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Side Dishes: Leftover Food News

Want to sample something called “Good Fortune Hen” or “2nd Sister’s Rabbit”? Both appear on A Single Pebble’s special menu in celebration of Chinese New Year, offered from January 23 to 27.

Chef Leu’s House is doing it up for a full 15 days, beginning on the 25th. “We do it every year,” a staffer explained. “We have ‘Lucky Golden Bowl’; it’s vegetarian.” For carnivores, Leu’s menu also boasts “Sweet and Sour Crispy Whole Fish” and “Fried Jumbo Shrimp with Walnut Sauce.”


It’s been a long time coming, but Claire’s Restaurant & Bar in Hardwick now offers Sunday “blunch” from 11 a.m. to 3 p.m.

Don’t look for a “blunch” menu on the community-supported eatery’s spiffy new website,, which extols the virtues of culinary spontaneity. “Our chef plans his menu every day after talking with farmers,” the home- page copy reads. “Steven is looking for local ingredients at their peak . . . nourished on the soil and water of Vermont. From there . . . He considers how the weather has flavored this season’s produce, what local herbs or spices from far away might best bring out that uniqueness, and which cooking techniques are most suitable.”

Sounds tasty. But will he make Huevos Rancheros?


According to New World Tortilla’s website, construction of its new Pine Street location in Burlington is nearly complete, and the café will be up and running in February.


The region’s hole-iest business, Dinky Donuts of Middlebury, has expanded its offerings yet again. Now the tiny shop on Route 7 is serving savory fare such as stuffed croissants; both meaty and vegetarian soups complement its sugary rounds.

Follow up your meal with a “recession special,” a pair of cake donuts and a cup of coffee for just $2. Talk about cheap energy . . .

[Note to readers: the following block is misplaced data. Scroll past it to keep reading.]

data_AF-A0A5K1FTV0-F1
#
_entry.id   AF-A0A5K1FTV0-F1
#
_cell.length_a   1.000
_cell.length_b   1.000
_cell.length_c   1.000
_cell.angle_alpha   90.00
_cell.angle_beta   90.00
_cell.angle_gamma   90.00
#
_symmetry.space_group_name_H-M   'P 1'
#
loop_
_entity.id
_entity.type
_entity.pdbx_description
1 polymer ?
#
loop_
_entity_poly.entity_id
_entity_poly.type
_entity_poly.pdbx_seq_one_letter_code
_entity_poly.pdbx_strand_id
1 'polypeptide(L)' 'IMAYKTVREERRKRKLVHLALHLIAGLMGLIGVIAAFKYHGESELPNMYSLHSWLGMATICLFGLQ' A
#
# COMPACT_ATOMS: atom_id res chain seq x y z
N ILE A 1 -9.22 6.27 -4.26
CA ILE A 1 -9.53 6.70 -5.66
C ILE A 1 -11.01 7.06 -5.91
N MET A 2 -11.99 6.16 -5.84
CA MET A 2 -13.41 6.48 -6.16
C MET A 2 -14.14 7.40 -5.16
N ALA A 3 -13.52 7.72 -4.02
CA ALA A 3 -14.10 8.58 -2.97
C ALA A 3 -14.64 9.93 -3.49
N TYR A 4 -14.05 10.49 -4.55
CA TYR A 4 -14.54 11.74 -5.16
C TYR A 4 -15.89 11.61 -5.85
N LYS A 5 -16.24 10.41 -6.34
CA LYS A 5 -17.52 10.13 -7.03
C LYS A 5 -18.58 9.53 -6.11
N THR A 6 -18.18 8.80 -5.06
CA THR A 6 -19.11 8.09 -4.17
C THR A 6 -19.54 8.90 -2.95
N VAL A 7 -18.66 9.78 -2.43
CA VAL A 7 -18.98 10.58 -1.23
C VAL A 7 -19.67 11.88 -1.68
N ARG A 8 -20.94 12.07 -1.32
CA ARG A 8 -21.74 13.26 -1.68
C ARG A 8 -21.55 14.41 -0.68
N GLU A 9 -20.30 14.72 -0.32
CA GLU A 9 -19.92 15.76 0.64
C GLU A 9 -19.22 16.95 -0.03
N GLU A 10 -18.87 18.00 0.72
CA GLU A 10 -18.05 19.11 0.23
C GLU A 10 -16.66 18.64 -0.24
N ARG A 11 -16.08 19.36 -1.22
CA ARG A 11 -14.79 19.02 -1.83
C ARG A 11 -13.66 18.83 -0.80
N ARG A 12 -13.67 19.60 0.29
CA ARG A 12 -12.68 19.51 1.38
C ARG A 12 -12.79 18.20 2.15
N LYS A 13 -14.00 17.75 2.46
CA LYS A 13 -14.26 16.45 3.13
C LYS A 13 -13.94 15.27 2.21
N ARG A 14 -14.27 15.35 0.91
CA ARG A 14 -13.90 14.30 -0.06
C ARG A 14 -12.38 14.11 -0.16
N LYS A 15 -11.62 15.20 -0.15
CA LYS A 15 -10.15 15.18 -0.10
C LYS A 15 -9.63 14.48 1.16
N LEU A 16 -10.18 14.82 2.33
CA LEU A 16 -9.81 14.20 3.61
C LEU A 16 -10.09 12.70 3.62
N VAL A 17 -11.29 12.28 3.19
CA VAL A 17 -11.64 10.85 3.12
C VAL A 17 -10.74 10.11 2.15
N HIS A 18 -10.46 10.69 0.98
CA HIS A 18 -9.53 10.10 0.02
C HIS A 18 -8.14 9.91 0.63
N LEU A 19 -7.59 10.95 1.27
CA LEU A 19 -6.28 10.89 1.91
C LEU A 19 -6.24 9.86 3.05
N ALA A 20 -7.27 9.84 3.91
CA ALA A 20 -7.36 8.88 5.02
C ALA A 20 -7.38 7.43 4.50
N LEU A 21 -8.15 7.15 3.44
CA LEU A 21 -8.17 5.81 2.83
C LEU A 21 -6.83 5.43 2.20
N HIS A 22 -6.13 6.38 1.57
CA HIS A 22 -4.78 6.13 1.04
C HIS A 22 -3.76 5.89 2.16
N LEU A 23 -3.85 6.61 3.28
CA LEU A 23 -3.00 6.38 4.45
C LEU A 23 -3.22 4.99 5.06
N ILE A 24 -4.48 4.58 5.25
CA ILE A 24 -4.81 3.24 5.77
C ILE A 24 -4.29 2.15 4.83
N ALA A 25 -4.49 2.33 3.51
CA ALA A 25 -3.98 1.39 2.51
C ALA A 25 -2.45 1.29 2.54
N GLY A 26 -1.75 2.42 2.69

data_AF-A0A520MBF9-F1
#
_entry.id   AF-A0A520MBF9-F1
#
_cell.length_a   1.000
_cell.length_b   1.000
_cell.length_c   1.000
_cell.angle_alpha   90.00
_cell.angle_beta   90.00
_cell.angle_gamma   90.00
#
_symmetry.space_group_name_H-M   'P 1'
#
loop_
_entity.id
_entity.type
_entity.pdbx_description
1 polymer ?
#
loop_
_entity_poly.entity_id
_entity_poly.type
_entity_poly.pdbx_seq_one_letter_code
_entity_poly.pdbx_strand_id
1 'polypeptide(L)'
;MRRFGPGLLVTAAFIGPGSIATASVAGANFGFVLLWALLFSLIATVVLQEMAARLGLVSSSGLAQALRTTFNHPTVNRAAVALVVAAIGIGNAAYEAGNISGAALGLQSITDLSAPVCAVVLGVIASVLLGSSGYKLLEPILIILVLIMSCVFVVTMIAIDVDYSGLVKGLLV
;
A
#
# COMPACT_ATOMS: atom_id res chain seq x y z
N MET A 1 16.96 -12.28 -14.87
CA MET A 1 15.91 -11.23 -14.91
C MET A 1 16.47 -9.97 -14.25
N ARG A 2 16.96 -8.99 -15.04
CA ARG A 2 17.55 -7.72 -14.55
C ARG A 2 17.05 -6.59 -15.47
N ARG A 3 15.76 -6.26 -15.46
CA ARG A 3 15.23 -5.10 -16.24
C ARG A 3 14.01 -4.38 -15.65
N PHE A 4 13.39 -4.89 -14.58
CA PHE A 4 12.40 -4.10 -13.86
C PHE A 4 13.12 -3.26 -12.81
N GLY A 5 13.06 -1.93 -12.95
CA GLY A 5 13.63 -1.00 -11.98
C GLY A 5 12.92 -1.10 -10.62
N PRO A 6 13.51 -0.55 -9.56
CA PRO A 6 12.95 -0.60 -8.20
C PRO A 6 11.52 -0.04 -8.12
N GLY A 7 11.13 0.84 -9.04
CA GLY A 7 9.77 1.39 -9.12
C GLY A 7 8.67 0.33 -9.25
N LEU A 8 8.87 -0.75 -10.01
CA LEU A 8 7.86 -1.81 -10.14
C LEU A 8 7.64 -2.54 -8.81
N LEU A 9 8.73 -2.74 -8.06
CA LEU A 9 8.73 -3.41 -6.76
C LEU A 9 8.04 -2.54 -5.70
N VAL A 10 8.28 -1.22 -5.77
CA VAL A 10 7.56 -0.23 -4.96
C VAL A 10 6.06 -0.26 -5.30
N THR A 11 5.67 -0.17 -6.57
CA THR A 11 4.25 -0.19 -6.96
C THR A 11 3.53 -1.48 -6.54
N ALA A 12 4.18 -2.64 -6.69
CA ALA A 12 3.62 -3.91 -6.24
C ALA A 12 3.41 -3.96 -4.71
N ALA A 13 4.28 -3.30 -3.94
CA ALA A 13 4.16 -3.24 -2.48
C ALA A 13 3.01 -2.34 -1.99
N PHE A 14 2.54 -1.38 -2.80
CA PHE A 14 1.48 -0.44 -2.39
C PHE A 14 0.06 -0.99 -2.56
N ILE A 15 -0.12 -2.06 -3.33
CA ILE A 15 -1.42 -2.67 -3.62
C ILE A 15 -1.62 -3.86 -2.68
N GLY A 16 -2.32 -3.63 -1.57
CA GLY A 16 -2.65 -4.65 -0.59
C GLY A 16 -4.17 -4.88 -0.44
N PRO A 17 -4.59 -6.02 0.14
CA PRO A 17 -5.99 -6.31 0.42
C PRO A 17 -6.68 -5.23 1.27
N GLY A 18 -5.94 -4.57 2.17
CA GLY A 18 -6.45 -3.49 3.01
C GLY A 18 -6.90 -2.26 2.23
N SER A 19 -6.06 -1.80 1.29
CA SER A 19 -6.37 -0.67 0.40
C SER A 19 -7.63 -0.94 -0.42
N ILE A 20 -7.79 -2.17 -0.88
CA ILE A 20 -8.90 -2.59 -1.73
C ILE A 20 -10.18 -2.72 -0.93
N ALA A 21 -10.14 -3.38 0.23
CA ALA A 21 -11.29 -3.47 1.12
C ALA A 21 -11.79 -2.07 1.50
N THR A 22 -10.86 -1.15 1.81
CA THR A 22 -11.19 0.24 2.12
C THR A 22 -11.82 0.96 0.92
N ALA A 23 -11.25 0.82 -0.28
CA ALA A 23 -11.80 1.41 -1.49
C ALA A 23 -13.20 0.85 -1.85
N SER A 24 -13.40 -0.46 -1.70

Last week, trendy Fast Company magazine listed “Ten Best Green Jobs for the Next Decade.” The first suggestion was refreshingly low-tech: Get down and dirty by becoming a farmer.

The editors note that the average American farmer is age 55, putting the industry in need of new blood — and know-how. “Modern farmers are small businesspeople who must be as skilled in heirloom genetics as marketing,” the mag says.

So where do you go to learn the ins and outs of soil? Fast Company’s first suggestion is the Center for Sustainable Agriculture at the University of Vermont.

For those who don’t want to plunge their hands directly into the dirt, the magazine also suggests “related careers”: CSA coordinator and artisanal cheesemaker.


Looking to visit “one of America’s most romantic travel destinations” this Valentine’s Day? has some ideas. On its list of 20 hot spots: California’s Napa Valley; Molokai, Hawaii; and, of course, Barnard, Vermont, site of the Barnard Inn.

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About The Author

Suzanne Podhaizer

Suzanne Podhaizer

Former contributor Suzanne Podhaizer is an award-winning food writer (and the first Seven Days food editor) as well as a chef, farmer, and food-systems consultant. She has given talks at the Stone Barns Center for Agriculture's "Poultry School" and its flagship "Young Farmers' Conference." She can slaughter a... more


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